ANR 2016 - CARGOLD - Superparamagnetic nanoflowers

Superparamagnetic nanoflowers: bioresorbable carriers of ultrasmall gold nanoparticles designed for early detection of atherosclerosis by integrated MRI/PET imaging

Atherosclerosis is a chronic systemic inflammatory disease affecting the large and medium-sized arteries. The development of atherosclerosis which can progress silently during decades is characterized by the thickening and loss of elasticity of the arteries owing to the formation of atherosclerotic plaques in lesion-prone areas. These plaques are built from the accumulation of fatty materials within the vessel walls and by the modification of the connective tissue of the vessel walls. As a result, the luminal narrowing (stenosis) of the modified arteries occurs and limits therefore the blood flow which can lead to tissue ischaemia. However the most severe complications arise from the rupture of the atherosclerotic plaques which accounts for 70% of heart attacks. Since atherosclerosis is involved in most cardiovascular diseases which are the leading cause of morbidity and death in the world, the identification of vulnerable plaques (i.e. rupture-prone plaques) constitutes an urgent need which would result in health benefits. Among the numerous imaging modalities, the combination of magnetic resonance imaging (MRI) and positron emission tomography (PET) constitutes a promising strategy because it allies the high resolution of MRI to the exceptional sensitivity of PET imaging.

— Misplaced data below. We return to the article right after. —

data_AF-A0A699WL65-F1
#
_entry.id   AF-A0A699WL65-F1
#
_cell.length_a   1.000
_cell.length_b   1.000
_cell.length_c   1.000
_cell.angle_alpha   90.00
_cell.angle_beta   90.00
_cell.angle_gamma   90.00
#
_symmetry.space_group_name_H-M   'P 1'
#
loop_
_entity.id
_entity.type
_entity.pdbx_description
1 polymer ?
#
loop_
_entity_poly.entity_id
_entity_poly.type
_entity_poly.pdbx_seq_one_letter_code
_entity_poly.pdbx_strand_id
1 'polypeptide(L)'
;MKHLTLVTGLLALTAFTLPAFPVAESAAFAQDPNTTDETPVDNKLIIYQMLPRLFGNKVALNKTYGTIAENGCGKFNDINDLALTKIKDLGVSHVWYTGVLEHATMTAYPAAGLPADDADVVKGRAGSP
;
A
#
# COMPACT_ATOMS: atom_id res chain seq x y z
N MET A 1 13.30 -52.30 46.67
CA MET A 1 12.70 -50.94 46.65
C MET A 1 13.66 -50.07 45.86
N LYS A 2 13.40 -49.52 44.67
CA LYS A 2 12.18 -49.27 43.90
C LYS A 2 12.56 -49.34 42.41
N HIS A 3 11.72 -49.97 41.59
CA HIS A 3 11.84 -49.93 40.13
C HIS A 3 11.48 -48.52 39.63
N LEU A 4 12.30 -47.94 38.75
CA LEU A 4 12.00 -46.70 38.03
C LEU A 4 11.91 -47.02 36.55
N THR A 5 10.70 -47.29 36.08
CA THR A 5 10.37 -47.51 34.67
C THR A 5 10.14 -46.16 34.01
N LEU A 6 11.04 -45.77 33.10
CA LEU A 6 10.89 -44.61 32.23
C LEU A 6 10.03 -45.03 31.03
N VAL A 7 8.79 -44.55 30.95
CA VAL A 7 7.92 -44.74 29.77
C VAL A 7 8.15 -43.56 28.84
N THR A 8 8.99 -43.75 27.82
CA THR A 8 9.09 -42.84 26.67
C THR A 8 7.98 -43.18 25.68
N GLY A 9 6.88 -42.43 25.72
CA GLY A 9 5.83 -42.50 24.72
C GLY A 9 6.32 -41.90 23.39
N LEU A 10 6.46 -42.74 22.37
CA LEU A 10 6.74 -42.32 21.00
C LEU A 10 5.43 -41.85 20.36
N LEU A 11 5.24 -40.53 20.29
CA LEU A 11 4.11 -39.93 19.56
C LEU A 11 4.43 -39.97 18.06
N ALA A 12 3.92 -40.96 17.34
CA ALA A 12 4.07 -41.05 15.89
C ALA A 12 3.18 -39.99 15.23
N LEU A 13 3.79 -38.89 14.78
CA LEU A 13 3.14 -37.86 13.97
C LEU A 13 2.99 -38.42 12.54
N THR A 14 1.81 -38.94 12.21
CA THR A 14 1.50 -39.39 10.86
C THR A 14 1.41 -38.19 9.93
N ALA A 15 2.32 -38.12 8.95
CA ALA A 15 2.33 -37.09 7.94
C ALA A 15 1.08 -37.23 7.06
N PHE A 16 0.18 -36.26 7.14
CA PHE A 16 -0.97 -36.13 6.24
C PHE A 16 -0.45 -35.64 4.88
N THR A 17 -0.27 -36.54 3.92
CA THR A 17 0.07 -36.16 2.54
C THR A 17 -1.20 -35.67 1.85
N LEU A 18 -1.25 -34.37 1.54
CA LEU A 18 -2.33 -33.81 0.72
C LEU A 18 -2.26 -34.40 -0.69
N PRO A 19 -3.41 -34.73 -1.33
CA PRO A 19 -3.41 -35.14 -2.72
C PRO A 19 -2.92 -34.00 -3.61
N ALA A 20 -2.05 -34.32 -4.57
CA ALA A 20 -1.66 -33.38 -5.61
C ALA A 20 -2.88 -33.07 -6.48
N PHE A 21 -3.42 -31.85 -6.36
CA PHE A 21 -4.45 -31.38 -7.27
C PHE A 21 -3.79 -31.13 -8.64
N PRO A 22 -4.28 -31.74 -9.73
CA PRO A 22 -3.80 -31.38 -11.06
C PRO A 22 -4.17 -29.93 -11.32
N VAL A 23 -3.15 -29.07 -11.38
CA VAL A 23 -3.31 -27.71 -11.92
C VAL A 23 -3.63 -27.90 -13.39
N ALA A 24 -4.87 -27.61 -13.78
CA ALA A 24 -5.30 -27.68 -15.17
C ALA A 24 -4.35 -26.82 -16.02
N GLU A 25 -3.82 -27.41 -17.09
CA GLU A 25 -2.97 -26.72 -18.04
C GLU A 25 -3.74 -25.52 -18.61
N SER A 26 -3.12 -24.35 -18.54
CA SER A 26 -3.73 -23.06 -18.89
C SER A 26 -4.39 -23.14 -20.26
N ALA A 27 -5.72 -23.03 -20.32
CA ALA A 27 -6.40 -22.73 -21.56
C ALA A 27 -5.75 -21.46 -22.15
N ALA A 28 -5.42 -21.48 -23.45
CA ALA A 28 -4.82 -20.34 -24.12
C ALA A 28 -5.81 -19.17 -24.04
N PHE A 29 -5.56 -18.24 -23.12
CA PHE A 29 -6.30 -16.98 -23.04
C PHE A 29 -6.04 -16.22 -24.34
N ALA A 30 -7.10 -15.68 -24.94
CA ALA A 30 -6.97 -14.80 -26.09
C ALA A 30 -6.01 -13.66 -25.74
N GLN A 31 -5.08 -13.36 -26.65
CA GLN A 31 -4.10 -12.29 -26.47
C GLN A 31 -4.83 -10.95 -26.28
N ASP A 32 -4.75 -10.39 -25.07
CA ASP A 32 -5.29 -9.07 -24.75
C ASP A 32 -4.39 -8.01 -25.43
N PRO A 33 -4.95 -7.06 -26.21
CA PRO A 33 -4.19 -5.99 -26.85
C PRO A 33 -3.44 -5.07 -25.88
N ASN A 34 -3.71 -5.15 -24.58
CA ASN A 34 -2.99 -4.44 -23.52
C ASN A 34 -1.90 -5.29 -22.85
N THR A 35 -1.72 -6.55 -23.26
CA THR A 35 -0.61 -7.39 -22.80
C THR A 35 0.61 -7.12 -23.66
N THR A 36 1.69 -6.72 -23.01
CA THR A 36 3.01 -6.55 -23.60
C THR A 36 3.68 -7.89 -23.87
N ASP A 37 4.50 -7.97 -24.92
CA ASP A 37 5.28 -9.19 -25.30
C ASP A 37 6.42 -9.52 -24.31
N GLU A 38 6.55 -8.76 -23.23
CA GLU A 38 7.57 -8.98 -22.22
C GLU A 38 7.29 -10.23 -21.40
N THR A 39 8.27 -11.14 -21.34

Such a combination should be a significant breakthrough in the early detection of vulnerable atherosclerotic plaques. If the development of imaging device which integrates both MRI and PET is in itself a major challenge, the elaboration of nanoprobes for exploiting this promising hybrid technology for medical imaging represents a crucial step for the early detection of vulnerable atherosclerotic plaques. Facing the real and urgent need, the CARGOLD project aims at developing nanoprobes for early detection of vulnerable atherosclerotic plaques and therapy by magnetic hyperthermia from multifunctional nanostructures whose physical and chemical properties render possible the specific targeting of these plaques, their follow-up by integrated MRI/PET device and also by computed tomography (CT) after intravenous injection, a therapeutic activity and their removal by bio-degradation and renal clearance. Such attractive characteristics should be obtained by assembling in a controlled manner bio-resorbable maghemite nanoflowers and multifunctional gold nanoparticles. The gold cores which can generate the contrast enhancement of the images acquired by CT will be coated by bio-targeting groups (peptides) and by gadolinium and positron emitter chelates for a simultaneous follow-up by MRI and PET. Although these multifunctional gold nanoparticles exhibit the potential for a targeted imaging, they are handicapped by a too rapid renal clearance which should impede a sufficient accumulation in the vulnerable plaques. Their grafting onto bio-resorbable nanocarriers (iron oxide nanoflowers (~30 nm)) is expected to enhance their circulation time after intravenous injection by postponing their renal clearance which remains a pre-requisite for the in vivo application of gold nanoparticles. Besides a greater circulation time, the accumulation of these golden nanoflowers designed for multimodal imaging (MRI/PET and CT) will be ensured by the avidity of macrophages for nanoparticles which are present in a large amount in the vulnerable plaques and by the specific interaction between the peptides coated to the golden nanoflowers and cell adhesion molecules (VCAM-1). This strategy carries the promise to significantly improve the detection of vulnerable plaques and therefore to prevent from the dramatic issue of their rupture. For achieving this ambitious goal, the CARGOLD project gathers six partners (4 academic partners, 1 medical imaging platform and an industrial specialized in the production of customized particles) which are recognized for their expertise in the complementary fields explored in CARGOLD.